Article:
For information on the Black British filmmaker Ngozi Onwurah and her other films
"Inspired by a poem by Maya Angelou, this powerful film explores images of Black women in the media, focusing on the myths surrounding Black women's sexuality. Like "Color Adjustment", in which Marlon Riggs looked at images of Black people on television, "And Still I Rise" uses images from popular culture to reveal the way the media misrepresents Black women's sexuality..."
is a feature length documentary (in progress) that unveils the reality
of rape, other forms of sexual violence, and healing in African-American
Aishah Shahidah Simmons -- Producer/Writer/Director. Color/video, 74 min.
"NO!™ takes a powerful look at Black women’s lives through a holistic lens addressing the violent manifestations of intra-racial heterosexual rape and sexual assault. Through narratives from acclaimed scholars and community leaders, impacting archival footage, intimate interviews, spirited music, dance, and poetry, NO!™ critically examines how the act of committing rape or sexual and verbal assault against Black women and girls is a race, gender, class, and sexual orientation issue.
...While NO!™ explores how the collective silence about acts of sexual assault adversely affects African-Americans, it also encourages dialogue to bring about healing and reconciliation between all men and women. As an educational fundraising tool, NO!™ (The Documentary Rough Cut) has been screened at conferences, colleges/universities, schools, correctional facilities, film festivals, and rape crisis centers, across the United States, and in England, France, Italy, Hungary, and Croatia. It has been translated into French and Italian and will soon be translated into German. Following in the footsteps of the first and second wave Black American feminist/womanist writers, activists, artists, poets, cultural workers, and organizations, including but not limited to Ida Wells Barnett, Toni Cade Bambara, National Black Feminist Organization, Combahee River Collective, Alice Walker, Audre Lorde, Angela Y. Davis, bell hooks, ntozake shange, Beverly Guy-Sheftall, Michelle Wallace, Pearl Cleage, and African American Women In Defense of Ourselves, NO!™ takes a bold step forward in audio visually initiating an intra-racial, inter-generational, female/male dialogue on exposing, addressing, healing and ending all forms of sexual violence perpetuated against Black women and girls at the hands of Black men and boys.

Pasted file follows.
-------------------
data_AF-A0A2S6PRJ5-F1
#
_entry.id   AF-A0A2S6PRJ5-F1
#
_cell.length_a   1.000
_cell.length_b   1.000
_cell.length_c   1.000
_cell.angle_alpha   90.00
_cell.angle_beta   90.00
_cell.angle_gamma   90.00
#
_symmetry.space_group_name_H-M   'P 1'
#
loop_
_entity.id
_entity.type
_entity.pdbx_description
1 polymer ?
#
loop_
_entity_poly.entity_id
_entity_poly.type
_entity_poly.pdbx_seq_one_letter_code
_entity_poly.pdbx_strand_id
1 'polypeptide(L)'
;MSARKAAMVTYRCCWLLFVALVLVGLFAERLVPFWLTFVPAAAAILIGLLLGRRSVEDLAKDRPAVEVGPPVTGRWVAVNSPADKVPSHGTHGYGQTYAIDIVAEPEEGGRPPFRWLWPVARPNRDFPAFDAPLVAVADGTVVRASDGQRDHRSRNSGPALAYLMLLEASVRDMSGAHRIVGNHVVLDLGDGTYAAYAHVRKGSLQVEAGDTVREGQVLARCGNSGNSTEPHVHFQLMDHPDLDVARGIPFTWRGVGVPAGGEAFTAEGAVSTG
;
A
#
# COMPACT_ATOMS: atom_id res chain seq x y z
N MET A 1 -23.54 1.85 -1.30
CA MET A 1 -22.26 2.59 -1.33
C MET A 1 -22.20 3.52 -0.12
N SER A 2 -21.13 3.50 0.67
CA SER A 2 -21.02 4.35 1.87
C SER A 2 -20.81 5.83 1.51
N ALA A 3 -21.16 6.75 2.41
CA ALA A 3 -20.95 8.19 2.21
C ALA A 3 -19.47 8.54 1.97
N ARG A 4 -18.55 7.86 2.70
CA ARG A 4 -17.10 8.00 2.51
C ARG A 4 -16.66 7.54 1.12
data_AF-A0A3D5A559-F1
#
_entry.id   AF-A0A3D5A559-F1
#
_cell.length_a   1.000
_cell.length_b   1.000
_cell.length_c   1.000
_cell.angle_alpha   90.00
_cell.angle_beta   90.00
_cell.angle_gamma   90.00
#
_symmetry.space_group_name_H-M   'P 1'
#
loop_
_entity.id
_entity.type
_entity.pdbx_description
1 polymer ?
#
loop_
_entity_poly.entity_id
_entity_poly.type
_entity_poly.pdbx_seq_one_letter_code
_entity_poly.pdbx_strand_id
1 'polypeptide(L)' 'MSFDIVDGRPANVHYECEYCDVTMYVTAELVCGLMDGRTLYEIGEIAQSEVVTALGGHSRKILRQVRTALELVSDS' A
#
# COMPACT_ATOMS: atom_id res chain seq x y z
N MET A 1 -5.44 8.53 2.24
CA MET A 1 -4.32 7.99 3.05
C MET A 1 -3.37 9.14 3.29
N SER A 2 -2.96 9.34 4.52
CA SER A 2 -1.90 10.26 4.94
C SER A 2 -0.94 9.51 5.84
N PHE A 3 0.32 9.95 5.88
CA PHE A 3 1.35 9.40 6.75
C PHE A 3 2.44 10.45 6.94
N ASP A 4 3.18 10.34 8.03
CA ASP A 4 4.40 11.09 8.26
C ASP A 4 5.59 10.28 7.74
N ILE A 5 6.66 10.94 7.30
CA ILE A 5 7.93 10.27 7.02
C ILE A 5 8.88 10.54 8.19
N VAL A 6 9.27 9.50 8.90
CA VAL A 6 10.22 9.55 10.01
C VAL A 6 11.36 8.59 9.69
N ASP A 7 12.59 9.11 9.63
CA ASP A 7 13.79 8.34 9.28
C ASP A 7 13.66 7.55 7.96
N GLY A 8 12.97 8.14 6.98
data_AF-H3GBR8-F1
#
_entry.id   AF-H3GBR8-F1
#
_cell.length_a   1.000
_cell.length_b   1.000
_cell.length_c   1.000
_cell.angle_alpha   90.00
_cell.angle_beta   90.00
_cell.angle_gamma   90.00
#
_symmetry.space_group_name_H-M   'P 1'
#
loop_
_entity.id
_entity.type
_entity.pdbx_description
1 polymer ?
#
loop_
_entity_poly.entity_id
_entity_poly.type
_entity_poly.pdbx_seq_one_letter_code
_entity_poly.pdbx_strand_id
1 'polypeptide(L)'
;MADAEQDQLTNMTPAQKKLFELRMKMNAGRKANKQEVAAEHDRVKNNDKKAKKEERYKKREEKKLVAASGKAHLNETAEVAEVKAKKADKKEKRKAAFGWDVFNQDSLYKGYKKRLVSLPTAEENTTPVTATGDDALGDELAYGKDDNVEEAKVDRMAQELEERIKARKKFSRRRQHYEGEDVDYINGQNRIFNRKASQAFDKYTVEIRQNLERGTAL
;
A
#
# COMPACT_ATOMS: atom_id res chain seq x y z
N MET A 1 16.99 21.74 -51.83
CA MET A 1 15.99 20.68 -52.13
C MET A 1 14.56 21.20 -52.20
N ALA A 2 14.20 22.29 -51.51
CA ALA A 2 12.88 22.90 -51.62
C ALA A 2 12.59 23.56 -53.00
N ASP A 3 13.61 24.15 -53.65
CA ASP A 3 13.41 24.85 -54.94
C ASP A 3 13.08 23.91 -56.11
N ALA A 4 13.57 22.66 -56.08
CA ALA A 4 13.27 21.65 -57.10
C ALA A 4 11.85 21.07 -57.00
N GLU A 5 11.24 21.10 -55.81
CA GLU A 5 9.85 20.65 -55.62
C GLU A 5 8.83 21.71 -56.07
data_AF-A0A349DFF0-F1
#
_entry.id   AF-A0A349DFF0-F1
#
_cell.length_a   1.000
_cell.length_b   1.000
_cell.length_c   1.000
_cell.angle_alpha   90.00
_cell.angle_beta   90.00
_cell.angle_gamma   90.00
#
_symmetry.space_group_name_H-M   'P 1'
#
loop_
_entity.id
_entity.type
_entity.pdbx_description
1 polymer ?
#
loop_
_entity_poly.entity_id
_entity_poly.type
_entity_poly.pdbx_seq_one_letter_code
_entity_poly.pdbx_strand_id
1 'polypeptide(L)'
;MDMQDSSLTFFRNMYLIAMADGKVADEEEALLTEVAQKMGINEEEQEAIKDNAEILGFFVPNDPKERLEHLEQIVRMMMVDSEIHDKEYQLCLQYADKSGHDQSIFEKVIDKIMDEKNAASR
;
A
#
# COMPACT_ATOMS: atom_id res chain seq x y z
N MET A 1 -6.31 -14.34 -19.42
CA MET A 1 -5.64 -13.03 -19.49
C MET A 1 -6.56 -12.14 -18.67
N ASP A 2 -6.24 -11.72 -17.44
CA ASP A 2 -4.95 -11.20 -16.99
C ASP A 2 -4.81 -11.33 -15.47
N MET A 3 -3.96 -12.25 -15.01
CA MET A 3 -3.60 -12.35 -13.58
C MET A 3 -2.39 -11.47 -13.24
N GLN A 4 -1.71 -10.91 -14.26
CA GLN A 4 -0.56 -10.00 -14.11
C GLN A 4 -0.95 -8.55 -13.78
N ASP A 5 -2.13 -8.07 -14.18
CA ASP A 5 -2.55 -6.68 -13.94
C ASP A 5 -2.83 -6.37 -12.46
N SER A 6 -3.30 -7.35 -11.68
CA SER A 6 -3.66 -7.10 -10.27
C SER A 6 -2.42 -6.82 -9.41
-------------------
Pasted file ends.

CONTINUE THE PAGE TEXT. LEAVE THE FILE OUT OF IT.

Politics from a Black Woman's Insides
26 min., color, 1998.Third World Newsreel, film by Yuko Edwards
GB 1998, 26 Min., engl.
"Follow one woman's search for the Hottentot Venus, the legendary link between ape and human and icon of black female subjectivity. Edwards' film explores the construction of race through both scientific discourse on the body (as a body is graphically exposed for the camera by a forensic pathologist) and personal narratives by women who have struggled with the health care system."
1998 Women in the Director's Chair Film
Festival Winner of the Brooklyn Arts Council 32nd Annual Film & Video Festival
The International Black Panther Film Festival
"To capture the imagination of a new generation"
VHS only, 93 minutes, 1995, California Newsreel
" Blue Eyed offers viewers a chance to watch a full-length workshop with America's most dynamic diversity trainer, Jane Elliott.
Elliott's exercise, initiated in 1968 as a ground breaking experiment in anti-racist training, has been featured on Today, the Tonight show, Donahue, Oprah, ABC News and PBS' Frontline." Elliott believes, "Blue Eyed is by far the most comprehensive and useful video on my work available; it sums up 28 years of experience in schools, universities and corporations." Recommended by CivilRightsTeaching.org.
For other films from California Newsreel on Diversity Training & Multiculturalism